Countries ‘must stop tax avoidance to tackle gender inequality’

14 Jun 18

Putting a stop to tax avoidance is key to tackling gender inequality, as countries are missing out on revenue to fund public services, a UK parliamentary group has heard.

Women are “hit the hardest” by unfair tax policies, as they tend to use public services more, according to evidence given to the UK’s All-Party Parliamentary Group on Responsible Tax and Women’s Budget Group UK on Tuesday.

This is because they tend to be on lower incomes and are usually the primary care giver, so are more likely to draw on public funds, the panel heard.

When there is not enough revenue to fund services, such as benefits and childcare, women are also more likely to give up their jobs to take care of their children, it said.

The failure of governments to address the impact that their tax systems have on women is creating an “irresponsible tax system”, Sue Himmelweit, economist at Women’s Budget Group said.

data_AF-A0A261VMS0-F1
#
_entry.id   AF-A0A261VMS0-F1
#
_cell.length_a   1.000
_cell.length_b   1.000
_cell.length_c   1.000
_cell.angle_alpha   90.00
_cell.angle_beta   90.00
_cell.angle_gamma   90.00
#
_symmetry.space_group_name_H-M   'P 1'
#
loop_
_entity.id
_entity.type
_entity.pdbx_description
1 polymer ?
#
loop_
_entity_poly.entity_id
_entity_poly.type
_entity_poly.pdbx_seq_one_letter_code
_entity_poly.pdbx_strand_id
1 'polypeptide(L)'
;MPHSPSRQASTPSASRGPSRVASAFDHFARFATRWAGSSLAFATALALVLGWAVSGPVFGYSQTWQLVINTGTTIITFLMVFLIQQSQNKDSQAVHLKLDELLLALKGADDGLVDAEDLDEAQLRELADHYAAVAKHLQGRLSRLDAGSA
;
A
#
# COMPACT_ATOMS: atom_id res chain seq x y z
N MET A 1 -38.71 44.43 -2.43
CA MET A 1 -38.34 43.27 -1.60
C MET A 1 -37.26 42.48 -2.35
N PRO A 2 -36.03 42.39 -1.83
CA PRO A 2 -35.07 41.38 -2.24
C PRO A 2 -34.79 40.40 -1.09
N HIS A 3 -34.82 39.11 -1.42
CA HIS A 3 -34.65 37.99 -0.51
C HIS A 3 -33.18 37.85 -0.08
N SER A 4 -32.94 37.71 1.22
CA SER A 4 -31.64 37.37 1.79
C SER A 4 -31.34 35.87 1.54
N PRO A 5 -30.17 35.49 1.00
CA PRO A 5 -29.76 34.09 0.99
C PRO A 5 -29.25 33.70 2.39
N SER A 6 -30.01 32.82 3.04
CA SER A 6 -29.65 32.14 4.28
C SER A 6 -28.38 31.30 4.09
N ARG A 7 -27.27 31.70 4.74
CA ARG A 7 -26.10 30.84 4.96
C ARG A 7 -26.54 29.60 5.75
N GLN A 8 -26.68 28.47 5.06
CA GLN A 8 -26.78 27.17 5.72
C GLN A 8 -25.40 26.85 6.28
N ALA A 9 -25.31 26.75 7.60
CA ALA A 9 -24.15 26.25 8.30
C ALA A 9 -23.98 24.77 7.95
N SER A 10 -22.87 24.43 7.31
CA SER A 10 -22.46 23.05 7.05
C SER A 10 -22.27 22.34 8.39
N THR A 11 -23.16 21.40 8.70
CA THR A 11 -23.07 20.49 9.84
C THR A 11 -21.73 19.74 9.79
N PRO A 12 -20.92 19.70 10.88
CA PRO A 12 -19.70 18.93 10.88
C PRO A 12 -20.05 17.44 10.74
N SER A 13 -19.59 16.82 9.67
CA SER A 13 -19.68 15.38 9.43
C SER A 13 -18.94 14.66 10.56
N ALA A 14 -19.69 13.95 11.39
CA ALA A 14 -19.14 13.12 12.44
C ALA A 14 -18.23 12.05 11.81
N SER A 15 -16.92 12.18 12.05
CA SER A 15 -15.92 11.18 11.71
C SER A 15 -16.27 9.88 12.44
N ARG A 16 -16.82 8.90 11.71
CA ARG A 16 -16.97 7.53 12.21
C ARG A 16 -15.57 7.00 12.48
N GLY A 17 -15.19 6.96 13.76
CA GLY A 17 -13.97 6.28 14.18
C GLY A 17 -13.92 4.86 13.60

She added: “Tax havens undermine the ability of all poor countries to raise revenue and so a lot of poor countries are not even providing the basic [public] services that matter to them.

“But so equally is the level of corporate tax and feeding into the race to the bottom is equally a problem,” Himmelweit said.

A study last year found that European governments were leading the ‘race to the bottom’ in terms of tax, where rates globally are heading towards zero by 2052, with 12 governments in the European region cutting rates or planning to over the next few years.

Clare Coffey, inequalities programme advisor at Oxfam, who was in the audience, pointed out that the Sustainable Development Goals ask for governments to look at how their public financial management responds to gender.

Although, she added most had failed to do so.

SDGs are 17 goals that 193 countries of the UN General Assembly signed up to on 25 September 2015, and aim to end poverty and protect the planet.

Many countries have said they will conduct a ‘gender impact assessment’, alongside budgets or policies, but most have not done so – the UK being one, the seminar heard 

But Anneliese Dodds, Treasury minister of the Labour party, said: “India conducts a tax impact assessment alongside their budget every year – we should be able to do this.

“We need a much stronger handle on the impact of tax on women’s life opportunities.”

Himmelweit added: “The view that it’s better to reduce taxes and have governments spend less, in practice increases gender inequality.”

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